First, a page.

Astronomy Picture of the Day

Discover the cosmos! Each day a different image or photograph of our fascinating universe is featured, along with a brief explanation written by a professional astronomer.

2015 February 23
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The Milky Way Over the Arizona Toadstools
Image Credit & Copyright: David Lane & R. Gendler (3 insets)

Explanation: Which is older -- the rocks you see on the ground or the light you see from the sky? Usually itís the rocks that are older, with their origin sediments deposited well before light left any of the stars or nebulas you see in the sky. However, if you can see, through a telescope, a distant galaxy far across the universe -- further than Andromeda or spiral galaxy NGC 7331 (inset) -- then you are seeing light even more ancient. Featured here, the central disk of our Milky Way Galaxy arches over Toadstool hoodoos rock formations in northern Arizona, USA. The unusual Toadstool rock caps are relatively hard sandstone that wind has eroded more slowly than the softer sandstone underneath. The green bands are airglow, light emitted by the stimulated air in Earth's atmosphere. On the lower right is a time-lapse camera set up to capture the sky rotating behind the picturesque foreground scene.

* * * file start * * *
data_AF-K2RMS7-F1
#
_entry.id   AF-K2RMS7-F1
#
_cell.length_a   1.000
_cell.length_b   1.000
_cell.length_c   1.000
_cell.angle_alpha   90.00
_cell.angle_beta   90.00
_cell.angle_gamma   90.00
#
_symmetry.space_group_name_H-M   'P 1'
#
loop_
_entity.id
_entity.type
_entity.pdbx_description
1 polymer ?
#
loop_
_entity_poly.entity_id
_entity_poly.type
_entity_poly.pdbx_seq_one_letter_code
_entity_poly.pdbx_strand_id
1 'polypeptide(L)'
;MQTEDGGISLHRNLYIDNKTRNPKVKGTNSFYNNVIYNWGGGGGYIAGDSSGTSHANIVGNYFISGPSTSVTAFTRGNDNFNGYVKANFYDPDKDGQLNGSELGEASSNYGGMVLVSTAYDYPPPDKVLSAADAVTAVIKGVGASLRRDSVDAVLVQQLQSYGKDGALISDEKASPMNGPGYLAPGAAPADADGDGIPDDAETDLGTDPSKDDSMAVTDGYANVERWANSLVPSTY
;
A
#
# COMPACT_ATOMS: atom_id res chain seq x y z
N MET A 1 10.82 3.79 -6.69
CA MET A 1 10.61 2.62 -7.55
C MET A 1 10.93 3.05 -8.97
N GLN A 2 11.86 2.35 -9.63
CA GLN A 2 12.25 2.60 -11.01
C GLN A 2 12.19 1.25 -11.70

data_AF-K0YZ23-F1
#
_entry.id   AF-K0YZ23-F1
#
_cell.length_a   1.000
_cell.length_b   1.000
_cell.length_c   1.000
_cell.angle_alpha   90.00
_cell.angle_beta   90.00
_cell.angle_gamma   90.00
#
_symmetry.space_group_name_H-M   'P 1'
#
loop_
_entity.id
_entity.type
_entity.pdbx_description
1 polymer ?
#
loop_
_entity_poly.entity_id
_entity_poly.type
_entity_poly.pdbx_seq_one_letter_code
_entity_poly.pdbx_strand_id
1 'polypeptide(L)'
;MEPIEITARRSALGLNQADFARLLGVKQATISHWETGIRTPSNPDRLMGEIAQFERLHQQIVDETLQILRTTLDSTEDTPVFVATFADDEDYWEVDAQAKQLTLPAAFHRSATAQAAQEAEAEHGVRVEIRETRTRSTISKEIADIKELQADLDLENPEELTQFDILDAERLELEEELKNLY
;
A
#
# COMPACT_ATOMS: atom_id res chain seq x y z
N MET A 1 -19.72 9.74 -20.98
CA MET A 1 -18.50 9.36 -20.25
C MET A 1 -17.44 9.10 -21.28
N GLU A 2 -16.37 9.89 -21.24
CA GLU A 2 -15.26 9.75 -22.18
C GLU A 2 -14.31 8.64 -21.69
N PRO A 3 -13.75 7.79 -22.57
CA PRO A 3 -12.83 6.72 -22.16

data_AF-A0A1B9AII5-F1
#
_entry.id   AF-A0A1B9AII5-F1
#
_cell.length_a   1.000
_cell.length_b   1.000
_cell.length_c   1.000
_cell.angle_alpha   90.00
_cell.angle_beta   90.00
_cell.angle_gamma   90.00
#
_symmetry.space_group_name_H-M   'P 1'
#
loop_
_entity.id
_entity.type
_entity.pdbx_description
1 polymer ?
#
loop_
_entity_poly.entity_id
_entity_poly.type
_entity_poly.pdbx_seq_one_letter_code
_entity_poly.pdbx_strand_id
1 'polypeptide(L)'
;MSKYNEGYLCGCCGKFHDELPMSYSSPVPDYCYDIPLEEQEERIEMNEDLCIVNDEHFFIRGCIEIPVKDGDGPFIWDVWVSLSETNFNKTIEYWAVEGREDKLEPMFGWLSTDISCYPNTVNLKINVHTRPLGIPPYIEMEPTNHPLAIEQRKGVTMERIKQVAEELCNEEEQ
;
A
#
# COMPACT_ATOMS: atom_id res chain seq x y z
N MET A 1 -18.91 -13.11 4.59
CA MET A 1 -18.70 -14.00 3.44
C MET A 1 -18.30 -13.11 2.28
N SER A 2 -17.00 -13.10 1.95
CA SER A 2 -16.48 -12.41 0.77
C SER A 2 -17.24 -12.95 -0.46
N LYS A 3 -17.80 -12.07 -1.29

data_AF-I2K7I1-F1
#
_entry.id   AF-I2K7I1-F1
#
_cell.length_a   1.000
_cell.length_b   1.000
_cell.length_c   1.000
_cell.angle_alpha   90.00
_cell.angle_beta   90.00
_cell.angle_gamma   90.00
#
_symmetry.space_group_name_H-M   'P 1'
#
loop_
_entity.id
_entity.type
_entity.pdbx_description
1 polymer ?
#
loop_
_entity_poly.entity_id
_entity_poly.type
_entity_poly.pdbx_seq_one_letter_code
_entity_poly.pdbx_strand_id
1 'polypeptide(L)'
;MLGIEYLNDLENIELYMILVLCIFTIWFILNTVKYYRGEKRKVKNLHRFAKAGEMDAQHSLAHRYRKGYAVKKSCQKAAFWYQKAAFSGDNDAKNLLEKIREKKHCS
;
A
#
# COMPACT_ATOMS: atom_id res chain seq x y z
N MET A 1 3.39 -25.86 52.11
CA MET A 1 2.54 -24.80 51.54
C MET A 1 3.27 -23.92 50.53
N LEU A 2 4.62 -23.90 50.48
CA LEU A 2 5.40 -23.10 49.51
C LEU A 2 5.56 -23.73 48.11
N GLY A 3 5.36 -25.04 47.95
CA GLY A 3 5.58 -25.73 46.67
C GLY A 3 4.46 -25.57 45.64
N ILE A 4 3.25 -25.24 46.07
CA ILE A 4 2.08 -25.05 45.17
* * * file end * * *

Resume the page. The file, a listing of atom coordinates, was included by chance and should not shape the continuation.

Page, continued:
Tomorrow's picture: an unexpected atmosphere


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